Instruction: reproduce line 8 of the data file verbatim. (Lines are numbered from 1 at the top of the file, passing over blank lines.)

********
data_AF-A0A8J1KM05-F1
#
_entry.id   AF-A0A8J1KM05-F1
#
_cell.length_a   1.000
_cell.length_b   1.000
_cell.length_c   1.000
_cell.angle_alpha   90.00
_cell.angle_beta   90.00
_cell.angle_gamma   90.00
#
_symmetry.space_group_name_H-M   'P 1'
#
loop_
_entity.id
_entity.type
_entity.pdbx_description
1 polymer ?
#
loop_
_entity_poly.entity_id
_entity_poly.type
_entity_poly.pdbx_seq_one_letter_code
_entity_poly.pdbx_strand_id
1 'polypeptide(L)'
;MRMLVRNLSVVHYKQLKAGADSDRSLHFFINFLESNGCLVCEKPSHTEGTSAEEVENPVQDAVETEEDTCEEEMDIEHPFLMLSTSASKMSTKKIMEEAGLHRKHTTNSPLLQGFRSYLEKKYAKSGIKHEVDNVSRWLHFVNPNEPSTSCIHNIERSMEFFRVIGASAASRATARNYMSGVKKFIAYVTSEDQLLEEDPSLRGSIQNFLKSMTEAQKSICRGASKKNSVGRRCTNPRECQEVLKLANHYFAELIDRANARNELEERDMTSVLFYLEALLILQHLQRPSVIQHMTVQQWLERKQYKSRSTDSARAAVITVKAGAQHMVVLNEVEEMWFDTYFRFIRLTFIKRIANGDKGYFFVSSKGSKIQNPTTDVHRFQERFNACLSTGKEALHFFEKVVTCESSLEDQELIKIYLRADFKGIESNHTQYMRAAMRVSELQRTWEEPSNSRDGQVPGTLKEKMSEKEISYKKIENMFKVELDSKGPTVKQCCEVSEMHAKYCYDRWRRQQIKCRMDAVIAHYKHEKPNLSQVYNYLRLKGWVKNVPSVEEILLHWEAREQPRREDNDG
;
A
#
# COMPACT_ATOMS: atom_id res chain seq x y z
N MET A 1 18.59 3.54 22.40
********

_cell.angle_alpha   90.00